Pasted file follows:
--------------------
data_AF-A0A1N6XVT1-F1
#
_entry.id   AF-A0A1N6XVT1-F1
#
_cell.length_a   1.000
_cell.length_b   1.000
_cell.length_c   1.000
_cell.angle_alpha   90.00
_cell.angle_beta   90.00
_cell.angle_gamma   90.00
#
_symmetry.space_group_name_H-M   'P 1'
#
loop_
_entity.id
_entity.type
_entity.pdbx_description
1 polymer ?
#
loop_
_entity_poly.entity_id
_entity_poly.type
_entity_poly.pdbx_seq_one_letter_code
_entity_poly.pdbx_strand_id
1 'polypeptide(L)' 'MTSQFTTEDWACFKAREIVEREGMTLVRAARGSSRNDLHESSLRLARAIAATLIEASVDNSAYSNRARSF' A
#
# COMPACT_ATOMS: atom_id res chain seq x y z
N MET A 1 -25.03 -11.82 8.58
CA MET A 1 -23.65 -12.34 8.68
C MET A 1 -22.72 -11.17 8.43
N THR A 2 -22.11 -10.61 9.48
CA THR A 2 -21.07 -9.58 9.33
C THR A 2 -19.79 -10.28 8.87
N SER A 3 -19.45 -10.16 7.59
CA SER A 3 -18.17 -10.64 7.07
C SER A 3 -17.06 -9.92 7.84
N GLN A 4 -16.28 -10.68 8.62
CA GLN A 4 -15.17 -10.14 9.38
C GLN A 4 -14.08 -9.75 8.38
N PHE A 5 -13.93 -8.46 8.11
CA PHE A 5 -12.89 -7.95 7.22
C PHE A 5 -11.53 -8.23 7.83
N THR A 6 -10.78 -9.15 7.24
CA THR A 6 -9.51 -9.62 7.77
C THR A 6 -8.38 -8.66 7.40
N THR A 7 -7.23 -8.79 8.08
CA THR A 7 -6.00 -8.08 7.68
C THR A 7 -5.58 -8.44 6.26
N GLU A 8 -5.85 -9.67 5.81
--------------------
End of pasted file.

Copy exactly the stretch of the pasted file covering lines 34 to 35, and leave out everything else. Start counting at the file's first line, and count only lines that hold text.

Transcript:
N SER A 3 -19.45 -10.16 7.59
CA SER A 3 -18.17 -10.64 7.07